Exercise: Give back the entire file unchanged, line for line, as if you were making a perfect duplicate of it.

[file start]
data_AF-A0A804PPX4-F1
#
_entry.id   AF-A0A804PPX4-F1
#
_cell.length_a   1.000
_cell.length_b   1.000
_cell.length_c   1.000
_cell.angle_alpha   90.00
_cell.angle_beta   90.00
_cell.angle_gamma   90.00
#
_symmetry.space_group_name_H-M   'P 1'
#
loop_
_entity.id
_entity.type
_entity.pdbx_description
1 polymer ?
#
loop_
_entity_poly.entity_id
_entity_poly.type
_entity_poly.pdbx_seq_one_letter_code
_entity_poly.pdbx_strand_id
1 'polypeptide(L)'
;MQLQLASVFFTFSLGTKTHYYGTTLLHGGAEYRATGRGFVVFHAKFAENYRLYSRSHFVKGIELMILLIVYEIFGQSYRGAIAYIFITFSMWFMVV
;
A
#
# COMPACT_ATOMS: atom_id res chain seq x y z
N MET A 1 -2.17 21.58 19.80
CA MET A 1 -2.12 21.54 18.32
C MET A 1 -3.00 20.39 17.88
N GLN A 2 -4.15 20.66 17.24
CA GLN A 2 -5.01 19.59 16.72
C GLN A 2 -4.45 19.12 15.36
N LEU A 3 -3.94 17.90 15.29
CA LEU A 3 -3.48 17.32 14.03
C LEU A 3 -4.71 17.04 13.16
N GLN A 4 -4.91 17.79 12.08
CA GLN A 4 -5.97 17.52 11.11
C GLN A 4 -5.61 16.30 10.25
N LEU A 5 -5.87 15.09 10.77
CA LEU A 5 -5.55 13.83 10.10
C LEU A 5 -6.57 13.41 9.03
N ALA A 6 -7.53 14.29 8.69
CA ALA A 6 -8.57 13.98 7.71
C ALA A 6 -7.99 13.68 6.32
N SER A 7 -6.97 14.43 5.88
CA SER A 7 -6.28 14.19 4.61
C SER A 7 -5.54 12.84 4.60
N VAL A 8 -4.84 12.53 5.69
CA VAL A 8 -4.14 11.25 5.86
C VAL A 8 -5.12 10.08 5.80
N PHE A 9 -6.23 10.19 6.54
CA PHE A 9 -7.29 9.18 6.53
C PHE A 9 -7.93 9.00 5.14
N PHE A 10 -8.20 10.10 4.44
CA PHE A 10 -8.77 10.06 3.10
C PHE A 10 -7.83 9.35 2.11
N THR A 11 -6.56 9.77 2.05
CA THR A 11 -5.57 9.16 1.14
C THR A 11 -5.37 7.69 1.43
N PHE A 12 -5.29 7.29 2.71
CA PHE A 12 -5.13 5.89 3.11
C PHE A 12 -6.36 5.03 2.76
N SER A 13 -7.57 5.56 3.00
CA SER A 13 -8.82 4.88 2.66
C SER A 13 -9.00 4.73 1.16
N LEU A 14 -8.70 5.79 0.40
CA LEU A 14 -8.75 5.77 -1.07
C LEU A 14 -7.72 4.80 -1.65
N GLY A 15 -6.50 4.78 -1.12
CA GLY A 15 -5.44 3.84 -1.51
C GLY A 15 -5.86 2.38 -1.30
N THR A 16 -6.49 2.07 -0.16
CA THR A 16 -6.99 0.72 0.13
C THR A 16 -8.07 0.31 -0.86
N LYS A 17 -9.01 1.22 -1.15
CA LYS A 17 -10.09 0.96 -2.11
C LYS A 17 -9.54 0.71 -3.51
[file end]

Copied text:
data_AF-A0A804PPX4-F1
#
_entry.id   AF-A0A804PPX4-F1
#
_cell.length_a   1.000
_cell.length_b   1.000
_cell.length_c   1.000
_cell.angle_alpha   90.00
_cell.angle_beta   90.00
_cell.angle_gamma   90.00
#
_symmetry.space_group_name_H-M   'P 1'
#
loop_
_entity.id
_entity.type
_entity.pdbx_description
1 polymer ?
#
loop_
_entity_poly.entity_id
_entity_poly.type
_entity_poly.pdbx_seq_one_letter_code
_entity_poly.pdbx_strand_id
1 'polypeptide(L)'
;MQLQLASVFFTFSLGTKTHYYGTTLLHGGAEYRATGRGFVVFHAKFAENYRLYSRSHFVKGIELMILLIVYEIFGQSYRGAIAYIFITFSMWFMVV
;
A
#
# COMPACT_ATOMS: atom_id res chain seq x y z
N MET A 1 -2.17 21.58 19.80
CA MET A 1 -2.12 21.54 18.32
C MET A 1 -3.00 20.39 17.88
N GLN A 2 -4.15 20.66 17.24
CA GLN A 2 -5.01 19.59 16.72
C GLN A 2 -4.45 19.12 15.36
N LEU A 3 -3.94 17.90 15.29
CA LEU A 3 -3.48 17.32 14.03
C LEU A 3 -4.71 17.04 13.16
N GLN A 4 -4.91 17.79 12.08
CA GLN A 4 -5.97 17.52 11.11
C GLN A 4 -5.61 16.30 10.25
N LEU A 5 -5.87 15.09 10.77
CA LEU A 5 -5.55 13.83 10.10
C LEU A 5 -6.57 13.41 9.03
N ALA A 6 -7.53 14.29 8.69
CA ALA A 6 -8.57 13.98 7.71
C ALA A 6 -7.99 13.68 6.32
N SER A 7 -6.97 14.43 5.88
CA SER A 7 -6.28 14.19 4.61
C SER A 7 -5.54 12.84 4.60
N VAL A 8 -4.84 12.53 5.69
CA VAL A 8 -4.14 11.25 5.86
C VAL A 8 -5.12 10.08 5.80
N PHE A 9 -6.23 10.19 6.54
CA PHE A 9 -7.29 9.18 6.53
C PHE A 9 -7.93 9.00 5.14
N PHE A 10 -8.20 10.10 4.44
CA PHE A 10 -8.77 10.06 3.10
C PHE A 10 -7.83 9.35 2.11
N THR A 11 -6.56 9.77 2.05
CA THR A 11 -5.57 9.16 1.14
C THR A 11 -5.37 7.69 1.43
N PHE A 12 -5.29 7.29 2.71
CA PHE A 12 -5.13 5.89 3.11
C PHE A 12 -6.36 5.03 2.76
N SER A 13 -7.57 5.56 3.00
CA SER A 13 -8.82 4.88 2.66
C SER A 13 -9.00 4.73 1.16
N LEU A 14 -8.70 5.79 0.40
CA LEU A 14 -8.75 5.77 -1.07
C LEU A 14 -7.72 4.80 -1.65
N GLY A 15 -6.50 4.78 -1.12
CA GLY A 15 -5.44 3.84 -1.51
C GLY A 15 -5.86 2.38 -1.30
N THR A 16 -6.49 2.07 -0.16
CA THR A 16 -6.99 0.72 0.13
C THR A 16 -8.07 0.31 -0.86
N LYS A 17 -9.01 1.22 -1.15
CA LYS A 17 -10.09 0.96 -2.11
C LYS A 17 -9.54 0.71 -3.51